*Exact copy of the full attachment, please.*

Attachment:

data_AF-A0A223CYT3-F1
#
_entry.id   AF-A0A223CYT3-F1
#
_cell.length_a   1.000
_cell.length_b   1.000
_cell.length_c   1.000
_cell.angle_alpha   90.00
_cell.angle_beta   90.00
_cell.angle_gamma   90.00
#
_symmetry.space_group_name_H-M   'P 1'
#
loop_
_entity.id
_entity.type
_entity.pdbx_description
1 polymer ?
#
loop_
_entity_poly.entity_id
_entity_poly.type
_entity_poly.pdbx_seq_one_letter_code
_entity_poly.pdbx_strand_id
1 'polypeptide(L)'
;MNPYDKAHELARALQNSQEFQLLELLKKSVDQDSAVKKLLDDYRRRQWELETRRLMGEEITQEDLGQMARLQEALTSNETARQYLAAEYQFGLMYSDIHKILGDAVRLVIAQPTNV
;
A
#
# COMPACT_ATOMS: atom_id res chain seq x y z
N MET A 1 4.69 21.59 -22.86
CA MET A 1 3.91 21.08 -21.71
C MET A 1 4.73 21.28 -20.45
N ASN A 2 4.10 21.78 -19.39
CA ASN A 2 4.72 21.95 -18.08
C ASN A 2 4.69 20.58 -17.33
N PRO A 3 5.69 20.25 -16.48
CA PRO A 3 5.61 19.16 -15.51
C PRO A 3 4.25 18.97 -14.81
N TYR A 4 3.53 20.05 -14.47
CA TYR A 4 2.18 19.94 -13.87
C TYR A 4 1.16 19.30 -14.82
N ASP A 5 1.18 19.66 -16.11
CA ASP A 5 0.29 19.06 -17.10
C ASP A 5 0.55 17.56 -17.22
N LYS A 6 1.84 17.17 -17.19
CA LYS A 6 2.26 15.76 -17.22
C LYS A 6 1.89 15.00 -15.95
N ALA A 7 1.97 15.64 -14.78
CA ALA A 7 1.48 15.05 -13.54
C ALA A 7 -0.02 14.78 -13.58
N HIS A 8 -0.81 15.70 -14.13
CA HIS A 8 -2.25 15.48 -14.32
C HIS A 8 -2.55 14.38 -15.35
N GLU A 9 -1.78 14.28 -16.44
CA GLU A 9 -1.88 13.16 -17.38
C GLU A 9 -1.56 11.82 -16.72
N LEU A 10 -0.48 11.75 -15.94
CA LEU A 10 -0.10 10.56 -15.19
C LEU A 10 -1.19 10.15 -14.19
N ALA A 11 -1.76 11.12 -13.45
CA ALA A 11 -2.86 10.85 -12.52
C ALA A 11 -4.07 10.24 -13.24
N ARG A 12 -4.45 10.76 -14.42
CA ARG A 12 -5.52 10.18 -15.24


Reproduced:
data_AF-A0A223CYT3-F1
#
_entry.id   AF-A0A223CYT3-F1
#
_cell.length_a   1.000
_cell.length_b   1.000
_cell.length_c   1.000
_cell.angle_alpha   90.00
_cell.angle_beta   90.00
_cell.angle_gamma   90.00
#
_symmetry.space_group_name_H-M   'P 1'
#
loop_
_entity.id
_entity.type
_entity.pdbx_description
1 polymer ?
#
loop_
_entity_poly.entity_id
_entity_poly.type
_entity_poly.pdbx_seq_one_letter_code
_entity_poly.pdbx_strand_id
1 'polypeptide(L)'
;MNPYDKAHELARALQNSQEFQLLELLKKSVDQDSAVKKLLDDYRRRQWELETRRLMGEEITQEDLGQMARLQEALTSNETARQYLAAEYQFGLMYSDIHKILGDAVRLVIAQPTNV
;
A
#
# COMPACT_ATOMS: atom_id res chain seq x y z
N MET A 1 4.69 21.59 -22.86
CA MET A 1 3.91 21.08 -21.71
C MET A 1 4.73 21.28 -20.45
N ASN A 2 4.10 21.78 -19.39
CA ASN A 2 4.72 21.95 -18.08
C ASN A 2 4.69 20.58 -17.33
N PRO A 3 5.69 20.25 -16.48
CA PRO A 3 5.61 19.16 -15.51
C PRO A 3 4.25 18.97 -14.81
N TYR A 4 3.53 20.05 -14.47
CA TYR A 4 2.18 19.94 -13.87
C TYR A 4 1.16 19.30 -14.82
N ASP A 5 1.18 19.66 -16.11
CA ASP A 5 0.29 19.06 -17.10
C ASP A 5 0.55 17.56 -17.22
N LYS A 6 1.84 17.17 -17.19
CA LYS A 6 2.26 15.76 -17.22
C LYS A 6 1.89 15.00 -15.95
N ALA A 7 1.97 15.64 -14.78
CA ALA A 7 1.48 15.05 -13.54
C ALA A 7 -0.02 14.78 -13.58
N HIS A 8 -0.81 15.70 -14.13
CA HIS A 8 -2.25 15.48 -14.32
C HIS A 8 -2.55 14.38 -15.35
N GLU A 9 -1.78 14.28 -16.44
CA GLU A 9 -1.88 13.16 -17.38
C GLU A 9 -1.56 11.82 -16.72
N LEU A 10 -0.48 11.75 -15.94
CA LEU A 10 -0.10 10.56 -15.19
C LEU A 10 -1.19 10.15 -14.19
N ALA A 11 -1.76 11.12 -13.45
CA ALA A 11 -2.86 10.85 -12.52
C ALA A 11 -4.07 10.24 -13.24
N ARG A 12 -4.45 10.76 -14.42
CA ARG A 12 -5.52 10.18 -15.24